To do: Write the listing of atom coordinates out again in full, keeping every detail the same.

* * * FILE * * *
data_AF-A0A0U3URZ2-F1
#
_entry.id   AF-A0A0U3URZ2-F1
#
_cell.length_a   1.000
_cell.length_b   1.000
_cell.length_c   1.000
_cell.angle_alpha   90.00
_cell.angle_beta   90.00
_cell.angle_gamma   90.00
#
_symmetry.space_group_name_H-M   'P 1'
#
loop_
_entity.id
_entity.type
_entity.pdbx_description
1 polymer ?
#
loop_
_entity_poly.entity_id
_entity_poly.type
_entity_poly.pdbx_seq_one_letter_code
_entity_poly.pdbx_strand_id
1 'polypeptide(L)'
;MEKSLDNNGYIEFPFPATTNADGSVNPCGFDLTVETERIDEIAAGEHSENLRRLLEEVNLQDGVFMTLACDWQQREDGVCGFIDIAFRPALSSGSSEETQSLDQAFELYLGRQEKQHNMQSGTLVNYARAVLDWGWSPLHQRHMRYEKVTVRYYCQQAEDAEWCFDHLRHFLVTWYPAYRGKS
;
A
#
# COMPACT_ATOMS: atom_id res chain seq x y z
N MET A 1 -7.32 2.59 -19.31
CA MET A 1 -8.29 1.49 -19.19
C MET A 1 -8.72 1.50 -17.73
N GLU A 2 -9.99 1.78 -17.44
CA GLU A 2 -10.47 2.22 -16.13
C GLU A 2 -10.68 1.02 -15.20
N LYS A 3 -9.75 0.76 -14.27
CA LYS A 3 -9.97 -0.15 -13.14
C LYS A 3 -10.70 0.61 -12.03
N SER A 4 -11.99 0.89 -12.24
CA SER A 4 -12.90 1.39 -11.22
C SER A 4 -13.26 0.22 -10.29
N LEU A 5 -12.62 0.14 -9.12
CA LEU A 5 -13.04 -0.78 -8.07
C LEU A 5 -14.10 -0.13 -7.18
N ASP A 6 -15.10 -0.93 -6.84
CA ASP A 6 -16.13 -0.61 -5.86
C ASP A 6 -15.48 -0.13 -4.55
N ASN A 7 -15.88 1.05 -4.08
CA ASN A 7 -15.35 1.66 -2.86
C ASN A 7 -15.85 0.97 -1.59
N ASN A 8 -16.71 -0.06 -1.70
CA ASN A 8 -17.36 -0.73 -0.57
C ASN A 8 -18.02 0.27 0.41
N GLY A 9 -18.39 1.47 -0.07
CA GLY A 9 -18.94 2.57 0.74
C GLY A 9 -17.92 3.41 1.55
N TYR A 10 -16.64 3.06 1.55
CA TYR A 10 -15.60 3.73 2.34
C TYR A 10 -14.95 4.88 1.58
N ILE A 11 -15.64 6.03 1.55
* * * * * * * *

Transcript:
data_AF-A0A0U3URZ2-F1
#
_entry.id   AF-A0A0U3URZ2-F1
#
_cell.length_a   1.000
_cell.length_b   1.000
_cell.length_c   1.000
_cell.angle_alpha   90.00
_cell.angle_beta   90.00
_cell.angle_gamma   90.00
#
_symmetry.space_group_name_H-M   'P 1'
#
loop_
_entity.id
_entity.type
_entity.pdbx_description
1 polymer ?
#
loop_
_entity_poly.entity_id
_entity_poly.type
_entity_poly.pdbx_seq_one_letter_code
_entity_poly.pdbx_strand_id
1 'polypeptide(L)'
;MEKSLDNNGYIEFPFPATTNADGSVNPCGFDLTVETERIDEIAAGEHSENLRRLLEEVNLQDGVFMTLACDWQQREDGVCGFIDIAFRPALSSGSSEETQSLDQAFELYLGRQEKQHNMQSGTLVNYARAVLDWGWSPLHQRHMRYEKVTVRYYCQQAEDAEWCFDHLRHFLVTWYPAYRGKS
;
A
#
# COMPACT_ATOMS: atom_id res chain seq x y z
N MET A 1 -7.32 2.59 -19.31
CA MET A 1 -8.29 1.49 -19.19
C MET A 1 -8.72 1.50 -17.73
N GLU A 2 -9.99 1.78 -17.44
CA GLU A 2 -10.47 2.22 -16.13
C GLU A 2 -10.68 1.02 -15.20
N LYS A 3 -9.75 0.76 -14.27
CA LYS A 3 -9.97 -0.15 -13.14
C LYS A 3 -10.70 0.61 -12.03
N SER A 4 -11.99 0.89 -12.24
CA SER A 4 -12.90 1.39 -11.22
C SER A 4 -13.26 0.22 -10.29
N LEU A 5 -12.62 0.14 -9.12
CA LEU A 5 -13.04 -0.78 -8.07
C LEU A 5 -14.10 -0.13 -7.18
N ASP A 6 -15.10 -0.93 -6.84
CA ASP A 6 -16.13 -0.61 -5.86
C ASP A 6 -15.48 -0.13 -4.55
N ASN A 7 -15.88 1.05 -4.08
CA ASN A 7 -15.35 1.66 -2.86
C ASN A 7 -15.85 0.97 -1.59
N ASN A 8 -16.71 -0.06 -1.70
CA ASN A 8 -17.36 -0.73 -0.57
C ASN A 8 -18.02 0.27 0.41
N GLY A 9 -18.39 1.47 -0.07
CA GLY A 9 -18.94 2.57 0.74
C GLY A 9 -17.92 3.41 1.55
N TYR A 10 -16.64 3.06 1.55
CA TYR A 10 -15.60 3.73 2.34
C TYR A 10 -14.95 4.88 1.58
N ILE A 11 -15.64 6.03 1.55